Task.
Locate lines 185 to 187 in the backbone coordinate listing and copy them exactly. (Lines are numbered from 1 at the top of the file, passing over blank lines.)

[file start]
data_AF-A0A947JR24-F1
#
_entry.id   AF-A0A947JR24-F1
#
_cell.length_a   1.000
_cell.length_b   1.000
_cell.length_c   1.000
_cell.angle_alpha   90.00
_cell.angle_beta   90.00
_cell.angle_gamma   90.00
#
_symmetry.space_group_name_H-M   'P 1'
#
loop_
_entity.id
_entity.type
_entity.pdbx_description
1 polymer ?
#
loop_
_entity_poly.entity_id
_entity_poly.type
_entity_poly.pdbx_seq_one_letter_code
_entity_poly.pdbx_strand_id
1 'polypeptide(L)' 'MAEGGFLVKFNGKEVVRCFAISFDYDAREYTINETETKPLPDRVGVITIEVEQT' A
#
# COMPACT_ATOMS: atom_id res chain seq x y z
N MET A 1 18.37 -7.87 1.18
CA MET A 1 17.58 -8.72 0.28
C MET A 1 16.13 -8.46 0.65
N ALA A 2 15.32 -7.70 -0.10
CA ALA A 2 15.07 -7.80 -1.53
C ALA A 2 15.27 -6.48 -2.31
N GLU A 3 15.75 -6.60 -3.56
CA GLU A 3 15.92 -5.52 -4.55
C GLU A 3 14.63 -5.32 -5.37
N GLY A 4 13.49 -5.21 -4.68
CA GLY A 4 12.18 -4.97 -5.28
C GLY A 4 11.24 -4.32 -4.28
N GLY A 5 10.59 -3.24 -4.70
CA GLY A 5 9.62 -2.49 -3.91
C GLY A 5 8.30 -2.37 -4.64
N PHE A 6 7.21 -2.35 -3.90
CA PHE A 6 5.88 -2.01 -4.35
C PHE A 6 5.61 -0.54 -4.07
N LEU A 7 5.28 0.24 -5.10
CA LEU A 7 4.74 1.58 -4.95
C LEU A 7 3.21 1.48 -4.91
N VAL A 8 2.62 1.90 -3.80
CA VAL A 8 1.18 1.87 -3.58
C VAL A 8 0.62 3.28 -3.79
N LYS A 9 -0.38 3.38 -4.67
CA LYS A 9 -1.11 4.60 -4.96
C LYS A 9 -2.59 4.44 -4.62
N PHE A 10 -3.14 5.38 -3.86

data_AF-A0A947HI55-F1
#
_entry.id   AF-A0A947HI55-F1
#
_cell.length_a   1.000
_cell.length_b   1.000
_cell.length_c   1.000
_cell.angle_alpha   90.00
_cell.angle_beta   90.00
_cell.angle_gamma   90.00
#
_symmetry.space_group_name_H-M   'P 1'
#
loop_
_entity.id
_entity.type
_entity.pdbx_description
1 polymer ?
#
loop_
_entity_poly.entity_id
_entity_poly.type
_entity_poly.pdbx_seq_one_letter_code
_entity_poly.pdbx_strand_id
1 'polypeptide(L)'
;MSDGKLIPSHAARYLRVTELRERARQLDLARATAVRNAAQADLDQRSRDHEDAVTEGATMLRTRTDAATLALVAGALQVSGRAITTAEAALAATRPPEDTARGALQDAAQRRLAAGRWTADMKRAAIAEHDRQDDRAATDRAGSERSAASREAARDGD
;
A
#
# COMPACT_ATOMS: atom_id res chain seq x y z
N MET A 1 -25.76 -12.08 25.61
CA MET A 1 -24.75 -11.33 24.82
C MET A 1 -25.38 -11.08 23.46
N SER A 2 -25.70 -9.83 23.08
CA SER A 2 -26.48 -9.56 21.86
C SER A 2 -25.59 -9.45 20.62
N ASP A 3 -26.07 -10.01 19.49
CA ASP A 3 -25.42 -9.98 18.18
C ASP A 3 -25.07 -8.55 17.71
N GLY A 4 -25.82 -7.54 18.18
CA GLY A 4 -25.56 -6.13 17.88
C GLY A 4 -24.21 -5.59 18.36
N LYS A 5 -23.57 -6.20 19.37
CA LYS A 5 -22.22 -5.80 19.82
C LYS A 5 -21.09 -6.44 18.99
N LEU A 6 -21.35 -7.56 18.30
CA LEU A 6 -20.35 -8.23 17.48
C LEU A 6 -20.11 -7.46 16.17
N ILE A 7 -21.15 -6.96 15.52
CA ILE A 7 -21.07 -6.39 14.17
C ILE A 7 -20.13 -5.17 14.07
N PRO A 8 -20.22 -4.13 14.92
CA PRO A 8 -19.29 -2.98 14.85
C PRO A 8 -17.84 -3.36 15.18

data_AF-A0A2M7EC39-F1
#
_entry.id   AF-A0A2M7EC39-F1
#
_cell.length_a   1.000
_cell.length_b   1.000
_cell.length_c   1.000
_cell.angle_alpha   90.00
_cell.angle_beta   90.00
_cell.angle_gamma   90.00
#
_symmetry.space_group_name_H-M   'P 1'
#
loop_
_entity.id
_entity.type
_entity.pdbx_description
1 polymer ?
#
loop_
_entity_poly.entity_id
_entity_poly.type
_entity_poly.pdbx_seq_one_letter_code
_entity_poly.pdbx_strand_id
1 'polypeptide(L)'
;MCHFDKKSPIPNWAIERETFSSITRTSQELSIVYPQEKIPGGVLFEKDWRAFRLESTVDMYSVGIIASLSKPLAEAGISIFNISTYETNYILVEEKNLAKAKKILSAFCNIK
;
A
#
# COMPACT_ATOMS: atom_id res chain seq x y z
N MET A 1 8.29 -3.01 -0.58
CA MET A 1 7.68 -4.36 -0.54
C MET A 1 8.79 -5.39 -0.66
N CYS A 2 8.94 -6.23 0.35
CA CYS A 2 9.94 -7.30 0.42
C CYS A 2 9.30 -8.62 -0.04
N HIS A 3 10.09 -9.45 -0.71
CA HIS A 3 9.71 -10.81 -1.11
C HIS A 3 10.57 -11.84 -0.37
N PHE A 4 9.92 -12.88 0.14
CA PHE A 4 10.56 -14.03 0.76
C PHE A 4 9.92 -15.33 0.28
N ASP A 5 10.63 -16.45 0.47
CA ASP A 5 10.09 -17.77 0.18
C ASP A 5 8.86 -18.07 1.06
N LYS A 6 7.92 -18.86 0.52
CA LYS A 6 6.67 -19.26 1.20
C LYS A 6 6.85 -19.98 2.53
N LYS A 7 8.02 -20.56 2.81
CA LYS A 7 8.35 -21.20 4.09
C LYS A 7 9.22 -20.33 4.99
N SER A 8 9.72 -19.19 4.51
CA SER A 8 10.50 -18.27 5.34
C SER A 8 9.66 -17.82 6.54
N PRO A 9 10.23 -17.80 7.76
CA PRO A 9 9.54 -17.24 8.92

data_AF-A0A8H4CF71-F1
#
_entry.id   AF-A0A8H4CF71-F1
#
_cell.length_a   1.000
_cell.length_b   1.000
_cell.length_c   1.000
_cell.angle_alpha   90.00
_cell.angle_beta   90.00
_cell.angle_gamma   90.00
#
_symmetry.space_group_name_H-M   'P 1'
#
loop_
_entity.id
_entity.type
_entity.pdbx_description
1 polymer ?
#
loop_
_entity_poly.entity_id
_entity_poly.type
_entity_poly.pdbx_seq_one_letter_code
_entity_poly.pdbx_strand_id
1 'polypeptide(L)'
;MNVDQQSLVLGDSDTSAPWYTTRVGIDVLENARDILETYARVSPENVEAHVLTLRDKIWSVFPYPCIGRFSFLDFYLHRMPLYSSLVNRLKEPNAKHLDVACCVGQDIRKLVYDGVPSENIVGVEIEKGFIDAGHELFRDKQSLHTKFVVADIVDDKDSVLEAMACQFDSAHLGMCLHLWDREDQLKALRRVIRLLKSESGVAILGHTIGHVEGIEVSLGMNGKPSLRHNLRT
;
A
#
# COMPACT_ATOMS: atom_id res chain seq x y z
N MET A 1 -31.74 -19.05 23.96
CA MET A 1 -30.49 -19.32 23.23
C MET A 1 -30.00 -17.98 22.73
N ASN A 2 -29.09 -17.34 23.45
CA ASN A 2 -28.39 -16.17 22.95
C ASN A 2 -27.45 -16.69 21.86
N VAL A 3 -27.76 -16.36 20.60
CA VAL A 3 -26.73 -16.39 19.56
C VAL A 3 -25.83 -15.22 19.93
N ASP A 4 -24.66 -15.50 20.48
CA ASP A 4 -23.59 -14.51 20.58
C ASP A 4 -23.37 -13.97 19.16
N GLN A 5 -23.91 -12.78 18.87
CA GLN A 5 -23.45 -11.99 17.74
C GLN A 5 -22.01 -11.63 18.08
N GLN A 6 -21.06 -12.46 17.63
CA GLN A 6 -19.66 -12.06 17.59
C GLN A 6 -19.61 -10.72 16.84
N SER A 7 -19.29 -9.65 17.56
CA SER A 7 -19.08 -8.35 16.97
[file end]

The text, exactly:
loop_
_entity_poly.entity_id
_entity_poly.type